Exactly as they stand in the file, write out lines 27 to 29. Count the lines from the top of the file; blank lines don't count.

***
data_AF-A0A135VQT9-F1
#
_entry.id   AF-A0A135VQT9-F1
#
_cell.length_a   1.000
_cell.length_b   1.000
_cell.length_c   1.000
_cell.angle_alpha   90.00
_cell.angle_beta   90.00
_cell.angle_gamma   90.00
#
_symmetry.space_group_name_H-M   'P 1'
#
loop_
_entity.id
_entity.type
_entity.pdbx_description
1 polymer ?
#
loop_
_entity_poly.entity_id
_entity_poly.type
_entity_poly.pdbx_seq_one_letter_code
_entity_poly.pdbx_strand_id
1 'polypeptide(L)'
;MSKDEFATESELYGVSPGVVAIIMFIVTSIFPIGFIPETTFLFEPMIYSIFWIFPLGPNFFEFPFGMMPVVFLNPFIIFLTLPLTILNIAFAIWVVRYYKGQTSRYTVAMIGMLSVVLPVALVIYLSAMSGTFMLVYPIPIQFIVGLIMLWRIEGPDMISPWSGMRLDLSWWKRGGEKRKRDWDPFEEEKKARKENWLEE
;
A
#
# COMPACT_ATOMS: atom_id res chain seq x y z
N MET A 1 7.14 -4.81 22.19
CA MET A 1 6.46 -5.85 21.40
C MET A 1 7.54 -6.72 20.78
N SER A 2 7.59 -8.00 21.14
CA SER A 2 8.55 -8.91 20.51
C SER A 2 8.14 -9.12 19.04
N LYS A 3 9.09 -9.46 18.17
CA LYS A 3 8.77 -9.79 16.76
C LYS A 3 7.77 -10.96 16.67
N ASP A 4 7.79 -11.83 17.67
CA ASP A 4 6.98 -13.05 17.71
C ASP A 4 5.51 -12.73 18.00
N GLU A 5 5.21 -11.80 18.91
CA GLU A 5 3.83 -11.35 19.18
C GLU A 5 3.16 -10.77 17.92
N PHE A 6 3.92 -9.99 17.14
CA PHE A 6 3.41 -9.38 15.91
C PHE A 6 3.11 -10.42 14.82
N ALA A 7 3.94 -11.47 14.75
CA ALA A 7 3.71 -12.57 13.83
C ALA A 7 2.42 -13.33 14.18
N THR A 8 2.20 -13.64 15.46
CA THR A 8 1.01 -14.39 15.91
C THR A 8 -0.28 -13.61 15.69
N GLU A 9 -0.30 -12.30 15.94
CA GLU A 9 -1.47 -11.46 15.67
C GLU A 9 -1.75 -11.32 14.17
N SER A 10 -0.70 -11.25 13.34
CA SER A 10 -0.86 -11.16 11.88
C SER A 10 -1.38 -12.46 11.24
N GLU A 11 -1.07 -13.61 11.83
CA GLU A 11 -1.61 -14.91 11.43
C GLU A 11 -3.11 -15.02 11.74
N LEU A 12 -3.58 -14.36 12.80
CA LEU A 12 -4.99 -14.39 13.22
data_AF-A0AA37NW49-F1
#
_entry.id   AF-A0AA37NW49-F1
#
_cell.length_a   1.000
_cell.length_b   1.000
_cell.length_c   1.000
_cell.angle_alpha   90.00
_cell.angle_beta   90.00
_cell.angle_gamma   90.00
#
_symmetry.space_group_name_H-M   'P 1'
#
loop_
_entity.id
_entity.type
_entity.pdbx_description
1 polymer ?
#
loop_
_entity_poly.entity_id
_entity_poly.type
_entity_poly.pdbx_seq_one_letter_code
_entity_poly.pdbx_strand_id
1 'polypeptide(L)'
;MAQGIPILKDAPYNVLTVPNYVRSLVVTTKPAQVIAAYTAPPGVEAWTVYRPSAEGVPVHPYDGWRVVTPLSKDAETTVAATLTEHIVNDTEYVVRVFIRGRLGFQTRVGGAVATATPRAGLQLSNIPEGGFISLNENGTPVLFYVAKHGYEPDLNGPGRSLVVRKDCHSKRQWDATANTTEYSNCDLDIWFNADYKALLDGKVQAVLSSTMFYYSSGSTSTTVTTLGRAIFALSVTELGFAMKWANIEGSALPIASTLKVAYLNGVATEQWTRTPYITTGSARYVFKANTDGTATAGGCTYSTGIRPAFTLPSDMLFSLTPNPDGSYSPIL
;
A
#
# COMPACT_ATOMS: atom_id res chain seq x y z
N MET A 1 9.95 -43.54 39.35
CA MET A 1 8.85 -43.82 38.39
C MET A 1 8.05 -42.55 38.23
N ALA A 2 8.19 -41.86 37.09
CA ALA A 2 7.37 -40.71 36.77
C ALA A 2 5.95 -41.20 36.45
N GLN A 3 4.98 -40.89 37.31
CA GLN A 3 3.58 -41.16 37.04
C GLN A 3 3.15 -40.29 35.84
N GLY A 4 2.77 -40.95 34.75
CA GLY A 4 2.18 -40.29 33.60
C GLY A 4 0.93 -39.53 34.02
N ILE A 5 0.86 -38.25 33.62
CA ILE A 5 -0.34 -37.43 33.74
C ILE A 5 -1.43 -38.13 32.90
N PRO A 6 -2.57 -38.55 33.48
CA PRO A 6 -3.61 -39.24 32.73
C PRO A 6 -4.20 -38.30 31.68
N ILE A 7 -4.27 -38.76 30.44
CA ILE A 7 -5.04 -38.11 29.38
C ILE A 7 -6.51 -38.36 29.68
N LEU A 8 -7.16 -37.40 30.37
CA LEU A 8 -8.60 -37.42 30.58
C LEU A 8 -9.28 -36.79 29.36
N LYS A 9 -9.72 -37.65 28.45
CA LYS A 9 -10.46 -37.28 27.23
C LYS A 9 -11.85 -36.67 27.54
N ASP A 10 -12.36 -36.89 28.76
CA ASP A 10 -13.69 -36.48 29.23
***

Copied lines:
;
A
#